Sevenlight, a relatively new group (they’d put out one EP), disbanded at the beginning of this month. Mainly I feel terrible for the good folks behind the Sevenlight France Twitter account; we non-Kazakh-or-Russian-speaking Q-pop followers are in desperate need of any translators we can get, and I hate to see anybody doing such work discouraged.
About Sevenlight itself my feelings were more mixed. Their debut single, “Núkte,” reminded me a lot of Infinite–a lot of Infinite: flowers! Angst! Soaring choruses! You could conceivably put “Núkte” and “The Eye” back-to-back and make a case that the former was inspired by the latter.
Sevenlight initially had seven members, and I know absolutely nothing about five of them. Tachi was one of the Black Dial alumni, and as best I know Sevenlight was his first post-Black Dial project. (One-sentence recap of the Saga of Black Dial: it was a three-singer, two-rapper group that debuted in the spring of 2017; by the end of the year the rappers had split, with much drama, to become EQ; the singers weren’t able to continue the group by themselves.) He apparently left Sevenlight after the EP’s recording and went solo; whether he saw the writing on the wall or just wasn’t happy with the group experience, I don’t know. Jan was known as Zhanbolat when he started with Renzo. It appears (if I’m reading the machine translation of this Instagram post right) that Sevenlight was to some degree his ship to captain, and he even tried to keep it going after the producer withdrew his support.
Sevenlight was drawing a great deal of inspiration from K-pop, right down to the BTS covers and the “special stages” seemingly designed to look as much like M! Countdown as possible, and I was ambivalent about that; I don’t want Q-pop to be a carbon copy of the older industry. Which does not mean I wanted Sevenlight to fail. That it did fail does not bode well for Q-pop as a whole.
Obviously the best person to diagnose the problem is not someone sitting thousands of miles away with no ability to read Kazakh or Russian. So apply salt generously (and do let me know if someone who can read Kazakh or Russian is opining on these sorts of things). But since I’m what you’ve got: if we go down the list of potential idol-pop revenue sources, a lot of what allows groups to break even in Korea may not be available to their Kazakhstani counterparts:
Touring. This still isn’t an option for much of anyone right now, although it will probably come back in Korea and Japan before Kazakhstan, which has been hit hard by the coronavirus. (One thing I don’t have a very good handle on is the variance in coronavirus among different Kazakhstani cities—whether the outbreak has been confined to Almaty and Astana or is equally in smaller cities. I also don’t have a very good idea of the touring economy in Kazakhstan, and how much money groups would make back on playing cities outside Almaty and Astana.) Even if they could tour outside Kazakhstan, the right set of circumstances would have to be in place to pay the travel costs.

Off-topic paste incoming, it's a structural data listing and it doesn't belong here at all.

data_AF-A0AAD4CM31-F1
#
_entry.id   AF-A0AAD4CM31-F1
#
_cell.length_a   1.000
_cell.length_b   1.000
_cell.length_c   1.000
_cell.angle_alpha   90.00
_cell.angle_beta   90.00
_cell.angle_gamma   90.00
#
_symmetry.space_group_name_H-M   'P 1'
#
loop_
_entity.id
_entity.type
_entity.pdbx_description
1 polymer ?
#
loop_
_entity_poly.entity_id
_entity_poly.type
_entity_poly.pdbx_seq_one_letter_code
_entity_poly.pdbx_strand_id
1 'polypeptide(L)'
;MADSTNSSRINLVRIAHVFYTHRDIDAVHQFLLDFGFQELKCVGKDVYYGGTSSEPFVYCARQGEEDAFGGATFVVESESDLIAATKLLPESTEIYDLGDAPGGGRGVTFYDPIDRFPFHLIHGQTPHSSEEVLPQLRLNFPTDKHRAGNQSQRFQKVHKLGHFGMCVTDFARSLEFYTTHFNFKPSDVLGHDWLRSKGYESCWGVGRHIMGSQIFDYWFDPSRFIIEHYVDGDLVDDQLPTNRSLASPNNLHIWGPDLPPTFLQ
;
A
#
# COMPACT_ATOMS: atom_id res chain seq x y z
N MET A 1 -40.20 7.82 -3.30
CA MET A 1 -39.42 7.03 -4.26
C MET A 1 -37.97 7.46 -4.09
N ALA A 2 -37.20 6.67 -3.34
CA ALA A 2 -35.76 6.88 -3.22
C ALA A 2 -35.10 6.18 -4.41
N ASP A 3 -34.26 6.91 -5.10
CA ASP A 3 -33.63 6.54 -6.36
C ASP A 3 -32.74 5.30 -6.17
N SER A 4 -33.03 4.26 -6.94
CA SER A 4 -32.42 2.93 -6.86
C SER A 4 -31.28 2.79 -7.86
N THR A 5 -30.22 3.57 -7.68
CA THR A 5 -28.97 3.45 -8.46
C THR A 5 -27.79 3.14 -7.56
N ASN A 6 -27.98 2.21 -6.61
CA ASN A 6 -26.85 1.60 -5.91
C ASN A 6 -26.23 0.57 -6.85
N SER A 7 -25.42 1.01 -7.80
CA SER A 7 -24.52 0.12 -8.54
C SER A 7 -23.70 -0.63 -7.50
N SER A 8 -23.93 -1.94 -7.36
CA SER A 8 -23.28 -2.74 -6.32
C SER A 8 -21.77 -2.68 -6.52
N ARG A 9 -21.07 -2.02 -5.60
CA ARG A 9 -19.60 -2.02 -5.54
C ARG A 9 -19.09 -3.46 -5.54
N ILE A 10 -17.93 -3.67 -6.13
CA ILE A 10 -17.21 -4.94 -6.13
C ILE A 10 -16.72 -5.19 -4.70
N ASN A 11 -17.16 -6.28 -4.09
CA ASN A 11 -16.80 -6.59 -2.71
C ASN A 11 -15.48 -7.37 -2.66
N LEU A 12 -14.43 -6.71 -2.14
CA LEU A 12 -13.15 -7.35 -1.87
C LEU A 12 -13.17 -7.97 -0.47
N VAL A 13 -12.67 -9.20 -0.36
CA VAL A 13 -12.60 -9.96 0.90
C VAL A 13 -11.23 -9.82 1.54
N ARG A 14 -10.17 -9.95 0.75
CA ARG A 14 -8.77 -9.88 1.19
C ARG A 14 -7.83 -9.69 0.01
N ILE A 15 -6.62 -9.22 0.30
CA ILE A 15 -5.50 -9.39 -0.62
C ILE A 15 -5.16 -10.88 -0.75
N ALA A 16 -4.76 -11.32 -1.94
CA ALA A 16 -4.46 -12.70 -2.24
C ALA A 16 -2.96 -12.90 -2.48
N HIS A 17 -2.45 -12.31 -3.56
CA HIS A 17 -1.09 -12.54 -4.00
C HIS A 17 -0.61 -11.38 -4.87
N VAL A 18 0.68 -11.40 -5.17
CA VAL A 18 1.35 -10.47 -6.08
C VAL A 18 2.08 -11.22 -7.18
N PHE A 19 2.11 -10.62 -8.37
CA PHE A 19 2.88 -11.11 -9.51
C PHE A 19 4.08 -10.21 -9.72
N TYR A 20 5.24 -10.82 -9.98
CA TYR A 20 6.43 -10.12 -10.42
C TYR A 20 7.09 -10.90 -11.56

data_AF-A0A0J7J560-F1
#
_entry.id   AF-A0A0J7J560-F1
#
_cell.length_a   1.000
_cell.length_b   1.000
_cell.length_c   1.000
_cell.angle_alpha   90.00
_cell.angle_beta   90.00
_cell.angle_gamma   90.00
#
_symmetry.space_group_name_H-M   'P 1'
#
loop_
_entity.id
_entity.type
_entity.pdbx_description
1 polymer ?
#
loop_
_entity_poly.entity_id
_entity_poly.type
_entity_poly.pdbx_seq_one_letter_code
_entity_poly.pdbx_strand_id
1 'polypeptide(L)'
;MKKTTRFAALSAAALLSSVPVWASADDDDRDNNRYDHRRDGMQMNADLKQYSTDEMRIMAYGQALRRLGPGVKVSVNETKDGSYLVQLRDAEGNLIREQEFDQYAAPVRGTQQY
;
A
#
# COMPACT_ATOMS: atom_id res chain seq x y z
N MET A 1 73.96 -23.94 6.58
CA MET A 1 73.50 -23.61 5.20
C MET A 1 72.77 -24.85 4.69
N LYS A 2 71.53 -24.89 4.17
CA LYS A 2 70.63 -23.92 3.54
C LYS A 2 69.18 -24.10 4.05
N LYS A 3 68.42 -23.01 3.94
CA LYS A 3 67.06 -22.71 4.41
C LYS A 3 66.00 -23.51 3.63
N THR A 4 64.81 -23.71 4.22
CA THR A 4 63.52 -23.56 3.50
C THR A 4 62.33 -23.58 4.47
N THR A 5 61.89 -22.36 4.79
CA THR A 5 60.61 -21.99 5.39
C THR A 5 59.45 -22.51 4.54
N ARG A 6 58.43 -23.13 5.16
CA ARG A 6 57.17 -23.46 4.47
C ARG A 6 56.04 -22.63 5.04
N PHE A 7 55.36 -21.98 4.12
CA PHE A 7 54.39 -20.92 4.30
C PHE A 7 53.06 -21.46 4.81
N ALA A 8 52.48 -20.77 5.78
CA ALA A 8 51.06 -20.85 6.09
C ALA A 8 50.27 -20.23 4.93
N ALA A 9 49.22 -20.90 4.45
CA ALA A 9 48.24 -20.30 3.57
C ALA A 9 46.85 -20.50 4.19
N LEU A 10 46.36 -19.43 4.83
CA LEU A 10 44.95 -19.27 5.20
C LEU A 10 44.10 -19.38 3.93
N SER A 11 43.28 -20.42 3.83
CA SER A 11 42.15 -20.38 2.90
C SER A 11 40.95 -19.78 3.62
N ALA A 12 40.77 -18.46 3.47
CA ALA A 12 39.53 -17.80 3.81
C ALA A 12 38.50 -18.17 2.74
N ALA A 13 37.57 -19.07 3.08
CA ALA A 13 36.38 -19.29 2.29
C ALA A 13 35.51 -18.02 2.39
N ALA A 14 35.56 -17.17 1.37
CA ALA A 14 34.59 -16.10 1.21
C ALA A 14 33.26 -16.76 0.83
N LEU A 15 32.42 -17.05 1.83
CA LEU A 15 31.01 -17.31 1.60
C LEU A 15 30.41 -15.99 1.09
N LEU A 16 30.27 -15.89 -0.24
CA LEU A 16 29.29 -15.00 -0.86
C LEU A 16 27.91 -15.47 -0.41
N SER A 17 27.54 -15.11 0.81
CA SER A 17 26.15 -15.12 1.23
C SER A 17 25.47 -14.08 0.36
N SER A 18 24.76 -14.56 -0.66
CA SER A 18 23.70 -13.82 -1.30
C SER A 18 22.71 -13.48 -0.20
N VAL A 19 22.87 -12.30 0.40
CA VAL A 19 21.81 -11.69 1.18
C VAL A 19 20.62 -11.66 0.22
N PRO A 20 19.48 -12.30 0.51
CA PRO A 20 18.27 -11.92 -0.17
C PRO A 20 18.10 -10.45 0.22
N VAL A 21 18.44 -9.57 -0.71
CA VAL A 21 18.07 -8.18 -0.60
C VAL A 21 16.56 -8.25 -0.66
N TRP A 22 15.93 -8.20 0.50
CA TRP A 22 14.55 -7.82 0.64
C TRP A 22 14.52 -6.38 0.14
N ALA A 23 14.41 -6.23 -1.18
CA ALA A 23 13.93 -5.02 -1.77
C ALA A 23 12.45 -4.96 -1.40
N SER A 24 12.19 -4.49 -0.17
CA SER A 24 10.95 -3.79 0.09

Physical merchandise (albums). One of the more durable innovations of Japanese and Korean idol pop was the trick of getting people to buy more than one album (by printing multiple photosets, or, in AKB48’s case, including election tickets with albums). However distasteful you find the practice on the consumption side, there’s a baked-in assumption on the production side that this strategy works if you can print albums (and photobooks, postcards, game pieces, what have you) cheaply. Which is… not necessarily a good assumption, in Kazakhstan. I can’t tell! But the only group I know to have tried packaging an album in multiple ways is Ninety One, with the five-part release of Qarangy Zharyq three years ago, and as best I know they have not released a physical album since. I know of one unboxing event, and that was DNA this year. It may be that there’s as much album-packaging chatter in Q-pop as there is in other industries, and I’m just missing it, but I get the distinct impression that printing an album, let alone multiple different versions of an album, is much more expensive in Kazakhstan than it is in Korea or Japan.